Packing up and heading back…
You may have noticed me using the past tense in the previous paragraphs when referring to my life in Bogotá… Seven months ago, my life was hit by the bombshell of my mum being diagnosed with cancer, and so I packed up my life, left my job, gave up our apartment, and said goodbye to Javi for a while as I returned to London to help take care of my mum. Not wishing to go into too much detail about the horrors that this year has inflicted on my family, suffice it to say that the difficulties I’d had the previous year in adapting to my new life in Bogotá were in no way comparable to this upheaval, and the distress of seeing my mum suffer. As they say… it’s all relative. Having now spent the most part of this year away from Bogotá, when I think about the city I find myself missing the things I liked about it; but above all I feel the sorrow of being apart from Javi, my entire reason for moving there in the first place.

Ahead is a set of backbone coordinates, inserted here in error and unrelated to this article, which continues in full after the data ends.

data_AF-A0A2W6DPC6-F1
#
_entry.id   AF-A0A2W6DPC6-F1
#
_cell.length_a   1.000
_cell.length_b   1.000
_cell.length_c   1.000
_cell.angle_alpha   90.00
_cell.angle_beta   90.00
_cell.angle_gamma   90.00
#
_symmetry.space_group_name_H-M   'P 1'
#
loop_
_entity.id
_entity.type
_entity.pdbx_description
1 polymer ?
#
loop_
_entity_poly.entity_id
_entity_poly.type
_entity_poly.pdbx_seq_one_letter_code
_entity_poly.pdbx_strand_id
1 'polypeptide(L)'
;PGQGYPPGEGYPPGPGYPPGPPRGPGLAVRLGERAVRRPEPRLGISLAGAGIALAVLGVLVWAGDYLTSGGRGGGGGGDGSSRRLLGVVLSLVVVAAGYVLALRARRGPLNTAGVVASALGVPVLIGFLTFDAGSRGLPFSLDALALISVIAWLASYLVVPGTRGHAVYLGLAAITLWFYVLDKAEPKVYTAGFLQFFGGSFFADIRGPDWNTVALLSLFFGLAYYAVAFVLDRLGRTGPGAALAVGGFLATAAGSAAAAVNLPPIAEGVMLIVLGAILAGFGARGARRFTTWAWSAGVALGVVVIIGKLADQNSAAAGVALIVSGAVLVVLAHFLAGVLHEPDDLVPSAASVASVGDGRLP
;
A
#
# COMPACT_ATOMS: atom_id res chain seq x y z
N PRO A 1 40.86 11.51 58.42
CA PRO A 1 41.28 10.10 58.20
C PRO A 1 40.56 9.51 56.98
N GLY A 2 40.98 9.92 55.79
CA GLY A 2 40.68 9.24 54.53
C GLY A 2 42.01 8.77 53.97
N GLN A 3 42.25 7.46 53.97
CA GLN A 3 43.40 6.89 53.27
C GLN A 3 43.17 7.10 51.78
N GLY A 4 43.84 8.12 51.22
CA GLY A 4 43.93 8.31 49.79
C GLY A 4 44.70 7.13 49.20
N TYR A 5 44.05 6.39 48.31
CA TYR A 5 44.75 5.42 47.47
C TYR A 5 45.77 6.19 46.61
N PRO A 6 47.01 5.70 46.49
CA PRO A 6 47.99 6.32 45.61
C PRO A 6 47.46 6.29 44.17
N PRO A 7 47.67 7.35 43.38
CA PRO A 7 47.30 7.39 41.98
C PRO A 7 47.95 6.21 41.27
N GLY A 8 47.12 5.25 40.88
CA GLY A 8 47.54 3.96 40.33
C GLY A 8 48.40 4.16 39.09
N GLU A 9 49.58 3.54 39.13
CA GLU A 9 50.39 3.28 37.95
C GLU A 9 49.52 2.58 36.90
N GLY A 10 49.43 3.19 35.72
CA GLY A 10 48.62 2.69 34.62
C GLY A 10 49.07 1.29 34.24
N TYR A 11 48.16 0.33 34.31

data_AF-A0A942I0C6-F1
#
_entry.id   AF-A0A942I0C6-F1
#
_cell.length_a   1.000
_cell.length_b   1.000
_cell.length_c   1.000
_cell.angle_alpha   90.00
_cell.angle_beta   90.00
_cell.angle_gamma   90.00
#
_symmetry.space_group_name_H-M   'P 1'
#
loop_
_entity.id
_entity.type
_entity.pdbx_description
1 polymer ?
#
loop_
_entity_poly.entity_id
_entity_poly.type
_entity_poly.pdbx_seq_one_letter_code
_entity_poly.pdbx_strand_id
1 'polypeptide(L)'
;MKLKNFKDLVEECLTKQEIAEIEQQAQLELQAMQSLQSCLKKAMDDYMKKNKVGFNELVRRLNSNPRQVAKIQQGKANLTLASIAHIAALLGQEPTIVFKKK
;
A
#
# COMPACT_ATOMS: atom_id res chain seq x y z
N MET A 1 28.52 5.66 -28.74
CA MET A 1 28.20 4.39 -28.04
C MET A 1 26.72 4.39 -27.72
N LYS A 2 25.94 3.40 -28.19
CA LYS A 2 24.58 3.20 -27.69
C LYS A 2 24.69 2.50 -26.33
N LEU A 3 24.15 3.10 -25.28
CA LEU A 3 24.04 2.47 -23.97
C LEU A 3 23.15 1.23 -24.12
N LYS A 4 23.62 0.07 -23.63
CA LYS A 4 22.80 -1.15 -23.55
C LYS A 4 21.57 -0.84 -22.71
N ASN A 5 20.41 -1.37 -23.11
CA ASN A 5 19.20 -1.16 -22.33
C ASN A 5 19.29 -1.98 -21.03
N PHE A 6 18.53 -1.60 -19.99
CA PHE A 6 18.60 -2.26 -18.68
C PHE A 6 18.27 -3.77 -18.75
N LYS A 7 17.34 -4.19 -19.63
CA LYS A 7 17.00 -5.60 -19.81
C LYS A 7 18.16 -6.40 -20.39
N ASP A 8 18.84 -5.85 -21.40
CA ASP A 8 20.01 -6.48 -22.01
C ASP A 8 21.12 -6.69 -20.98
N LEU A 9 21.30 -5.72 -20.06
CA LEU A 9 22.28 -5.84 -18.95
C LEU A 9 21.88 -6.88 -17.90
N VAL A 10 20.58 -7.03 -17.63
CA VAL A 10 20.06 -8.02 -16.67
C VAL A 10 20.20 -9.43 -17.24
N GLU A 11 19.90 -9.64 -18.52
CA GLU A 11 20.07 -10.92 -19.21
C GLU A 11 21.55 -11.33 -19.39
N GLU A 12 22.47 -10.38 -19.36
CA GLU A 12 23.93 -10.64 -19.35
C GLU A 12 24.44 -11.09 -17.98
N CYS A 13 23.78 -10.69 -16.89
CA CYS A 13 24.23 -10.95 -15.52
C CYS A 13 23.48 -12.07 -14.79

And so I’ve arrived at the clichéd conclusion that it really doesn’t matter where I am; what matters to me are the people I’m with. And if you, good reader, have headed off to a new place on your ownsome (or even with a partner), what really matters is why you moved there in the first place, and whether that reason remains valid for you, especially during the difficult times. Because starting a new life and adapting to a new country, culture, language and society isn’t easy. It will take time and it’s normal to feel down at times. I’ve heard expats say that, as much as they love Colombia, it’s taken them a year, 18 months, 2 years to get through the culture shock of moving there.